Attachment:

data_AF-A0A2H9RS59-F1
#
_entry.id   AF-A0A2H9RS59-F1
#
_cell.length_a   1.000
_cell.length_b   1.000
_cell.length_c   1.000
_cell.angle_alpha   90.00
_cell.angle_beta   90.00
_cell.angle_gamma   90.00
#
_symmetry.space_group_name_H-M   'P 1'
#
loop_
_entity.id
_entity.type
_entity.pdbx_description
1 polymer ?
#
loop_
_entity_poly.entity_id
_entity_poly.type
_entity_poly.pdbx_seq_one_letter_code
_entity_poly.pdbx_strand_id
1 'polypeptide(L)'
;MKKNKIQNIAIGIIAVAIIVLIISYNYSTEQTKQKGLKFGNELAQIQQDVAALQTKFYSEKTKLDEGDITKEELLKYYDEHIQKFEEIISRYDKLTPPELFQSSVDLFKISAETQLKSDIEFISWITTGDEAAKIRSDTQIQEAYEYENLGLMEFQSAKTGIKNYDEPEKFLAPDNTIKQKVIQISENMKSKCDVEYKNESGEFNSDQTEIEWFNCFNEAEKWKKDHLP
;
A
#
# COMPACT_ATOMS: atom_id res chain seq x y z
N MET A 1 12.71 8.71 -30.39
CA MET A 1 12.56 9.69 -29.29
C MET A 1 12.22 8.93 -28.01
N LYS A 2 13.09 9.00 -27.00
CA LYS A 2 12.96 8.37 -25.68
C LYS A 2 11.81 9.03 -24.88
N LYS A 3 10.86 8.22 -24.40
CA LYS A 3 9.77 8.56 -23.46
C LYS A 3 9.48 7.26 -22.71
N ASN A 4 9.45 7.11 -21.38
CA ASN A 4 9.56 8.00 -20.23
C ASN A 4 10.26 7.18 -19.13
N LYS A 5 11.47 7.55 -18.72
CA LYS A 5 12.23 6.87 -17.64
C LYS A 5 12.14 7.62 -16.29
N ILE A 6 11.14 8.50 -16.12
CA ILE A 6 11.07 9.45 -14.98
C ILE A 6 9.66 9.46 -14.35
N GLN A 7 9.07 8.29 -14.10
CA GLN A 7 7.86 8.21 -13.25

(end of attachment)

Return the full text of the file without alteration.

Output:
data_AF-A0A2H9RS59-F1
#
_entry.id   AF-A0A2H9RS59-F1
#
_cell.length_a   1.000
_cell.length_b   1.000
_cell.length_c   1.000
_cell.angle_alpha   90.00
_cell.angle_beta   90.00
_cell.angle_gamma   90.00
#
_symmetry.space_group_name_H-M   'P 1'
#
loop_
_entity.id
_entity.type
_entity.pdbx_description
1 polymer ?
#
loop_
_entity_poly.entity_id
_entity_poly.type
_entity_poly.pdbx_seq_one_letter_code
_entity_poly.pdbx_strand_id
1 'polypeptide(L)'
;MKKNKIQNIAIGIIAVAIIVLIISYNYSTEQTKQKGLKFGNELAQIQQDVAALQTKFYSEKTKLDEGDITKEELLKYYDEHIQKFEEIISRYDKLTPPELFQSSVDLFKISAETQLKSDIEFISWITTGDEAAKIRSDTQIQEAYEYENLGLMEFQSAKTGIKNYDEPEKFLAPDNTIKQKVIQISENMKSKCDVEYKNESGEFNSDQTEIEWFNCFNEAEKWKKDHLP
;
A
#
# COMPACT_ATOMS: atom_id res chain seq x y z
N MET A 1 12.71 8.71 -30.39
CA MET A 1 12.56 9.69 -29.29
C MET A 1 12.22 8.93 -28.01
N LYS A 2 13.09 9.00 -27.00
CA LYS A 2 12.96 8.37 -25.68
C LYS A 2 11.81 9.03 -24.88
N LYS A 3 10.86 8.22 -24.40
CA LYS A 3 9.77 8.56 -23.46
C LYS A 3 9.48 7.26 -22.71
N ASN A 4 9.45 7.11 -21.38
CA ASN A 4 9.56 8.00 -20.23
C ASN A 4 10.26 7.18 -19.13
N LYS A 5 11.47 7.55 -18.72
CA LYS A 5 12.23 6.87 -17.64
C LYS A 5 12.14 7.62 -16.29
N ILE A 6 11.14 8.50 -16.12
CA ILE A 6 11.07 9.45 -14.98
C ILE A 6 9.66 9.46 -14.35
N GLN A 7 9.07 8.29 -14.10
CA GLN A 7 7.86 8.21 -13.25